Sam Childress was part of the heart of Granby community
April 2, 2009
To his family Sam Houston Childress was a loving husband, father, grandfather and great-grandfather. To the Granby community he was a friend and businessman who always had a smile for his customers.
The Texas-born young man questioned what he had gotten himself into when he arrived in Granby by bus on a snowy day in 1946, his 20th birthday, Nov. 25. Later, wife Betty said, you could barely tear him away from the area he proudly called home.
He was the middle child of Molly and Millard Childress of Aspermont, Texas, joining sister Hazel and brother Jim, as well as 14 other step- and half-brothers and sisters. Molly took care of the household while Millard worked as a blacksmith.
In support of his country, Sam attended his final semester during summer school so he could join the Navy. Betty said he loved serving his country and that many of the people he met during those two years “got to be real good friends.”
The company served as troop transport, bringing new soldiers to different stations and taking others home. Memorable moments included a trip to India, and Betty believes the troop also received a commendation for crossing the Line of Demarcation.
As he would be during many years to come, Sam was a storekeeper (for the transport), selling a bit of everything and keeping track of the immediate payments required. One time, Betty recalled from one of Sam’s stories, a captain sent a soldier in for shoes. The soldier said the captain would pay for later. The captain confirmed, to which Sam replied “Okeydokey.” Before he stepped one foot away, Betty said, Sam heard, “Sailor, you never say okeydokey to a captain!”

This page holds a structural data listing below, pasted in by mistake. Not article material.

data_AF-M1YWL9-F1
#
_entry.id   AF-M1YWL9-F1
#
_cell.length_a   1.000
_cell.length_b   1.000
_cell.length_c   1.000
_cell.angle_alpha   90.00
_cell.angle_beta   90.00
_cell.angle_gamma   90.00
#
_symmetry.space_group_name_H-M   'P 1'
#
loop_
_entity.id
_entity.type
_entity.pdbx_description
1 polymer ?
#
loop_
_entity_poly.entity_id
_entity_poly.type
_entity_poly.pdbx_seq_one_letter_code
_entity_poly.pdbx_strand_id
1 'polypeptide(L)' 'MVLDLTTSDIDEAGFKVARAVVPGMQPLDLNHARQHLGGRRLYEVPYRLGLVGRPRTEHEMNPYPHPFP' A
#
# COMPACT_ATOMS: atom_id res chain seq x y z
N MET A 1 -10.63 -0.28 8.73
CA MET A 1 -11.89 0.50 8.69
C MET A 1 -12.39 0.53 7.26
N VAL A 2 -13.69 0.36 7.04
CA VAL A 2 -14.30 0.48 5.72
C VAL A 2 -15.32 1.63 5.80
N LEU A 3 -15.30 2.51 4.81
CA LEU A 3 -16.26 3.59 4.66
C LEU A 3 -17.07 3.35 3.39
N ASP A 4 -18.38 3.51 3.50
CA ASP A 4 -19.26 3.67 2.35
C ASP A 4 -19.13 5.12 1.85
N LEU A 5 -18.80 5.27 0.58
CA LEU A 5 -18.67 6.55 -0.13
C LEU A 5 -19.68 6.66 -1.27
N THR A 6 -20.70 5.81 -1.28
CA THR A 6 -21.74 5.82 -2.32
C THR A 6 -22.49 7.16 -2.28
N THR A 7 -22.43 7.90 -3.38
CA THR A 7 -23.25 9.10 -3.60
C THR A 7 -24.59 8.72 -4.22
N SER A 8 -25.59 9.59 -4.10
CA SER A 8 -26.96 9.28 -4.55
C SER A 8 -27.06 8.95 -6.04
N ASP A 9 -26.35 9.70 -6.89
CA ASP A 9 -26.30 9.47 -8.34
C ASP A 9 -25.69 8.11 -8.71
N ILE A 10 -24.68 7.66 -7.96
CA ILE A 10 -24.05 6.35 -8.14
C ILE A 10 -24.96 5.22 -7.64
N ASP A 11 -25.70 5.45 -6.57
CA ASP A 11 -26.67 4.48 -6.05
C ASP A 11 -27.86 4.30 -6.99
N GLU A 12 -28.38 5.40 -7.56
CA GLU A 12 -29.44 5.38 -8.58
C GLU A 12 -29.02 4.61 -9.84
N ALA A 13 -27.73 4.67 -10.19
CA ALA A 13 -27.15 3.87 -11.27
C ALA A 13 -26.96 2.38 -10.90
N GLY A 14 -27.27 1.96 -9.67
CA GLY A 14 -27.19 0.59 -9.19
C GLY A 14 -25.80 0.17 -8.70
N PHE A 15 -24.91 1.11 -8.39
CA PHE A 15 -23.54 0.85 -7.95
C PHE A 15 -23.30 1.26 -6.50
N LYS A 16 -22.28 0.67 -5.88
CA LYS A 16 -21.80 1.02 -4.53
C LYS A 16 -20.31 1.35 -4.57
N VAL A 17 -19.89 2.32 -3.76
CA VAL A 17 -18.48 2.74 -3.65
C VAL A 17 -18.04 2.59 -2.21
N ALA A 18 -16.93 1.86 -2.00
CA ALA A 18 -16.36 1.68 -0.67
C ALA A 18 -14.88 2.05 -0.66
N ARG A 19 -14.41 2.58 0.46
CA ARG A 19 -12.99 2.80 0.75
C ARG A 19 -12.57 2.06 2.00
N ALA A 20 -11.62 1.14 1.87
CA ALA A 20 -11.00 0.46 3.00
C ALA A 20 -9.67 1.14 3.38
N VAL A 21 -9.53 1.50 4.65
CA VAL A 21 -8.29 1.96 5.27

Upon discharge Sam decided to come to Granby to join sister Hazel and her husband Rusty Norris, who were running a dry-cleaning business. “Granby was a little more lively than Aspermont, I guess,” Betty chuckled. It was the first time he had seen snow and he would later joke that had he had the money, he would’ve gotten back on the bus.
But the area was bustling and Sam grew to appreciate what it had to offer. The Big Thompson Project was in full force, the Granby Dam was being built, and business was good. He worked for an electrician, at the Granby Post Office “when the Snyders had it way back when,” Betty said, and later joined on at the dry cleaners.
When a hotel fire (at the old Dorothy Shop) gathered the townspeople, friends pointed Betty (who worked for Mountain Bell) in the direction of the “new boy in town.” She loved his kindness and got a kick out of his Southern drawl. The two dated for four years and married at the old log church in Granby June 1, 1951. To celebrate, they had dinner at Payne’s Cafe, “known all over for his fried chicken,” and enjoyed a day in Denver.
Brother Jim (who married Betty’s sister Donna) joined Sam in Granby after he graduated high school and the two opened up a dry-cleaning business (the Norris business had closed its doors by then). Betty said Sam was always a hard worker, working six days at the shop and doing the bookkeeping on Sundays.
“He was such a people person,” daughter Marsha Isenhart said. “He genuinely enjoyed helping customers in the store ” not just because it was his job.”
They ran it for many years and when they sold it they bought the Gambles store, operating there for 30 years before leasing the business to Dick Forester. During that time Sam worked for Mountain Parks Electric and in real estate, before working at Gambles once again when Forester closed. He ran the store for another five years before selling the business to Casey Farrell.
The community man loved horses, gardening and also served about 60 years with the American Legion, on the East Grand School Board for eight (four as president), was a charter member of the Granby Kiwanis Club, and was on the Granby Town Board. “He loved Granby ” really all of Grand County,” Betty said.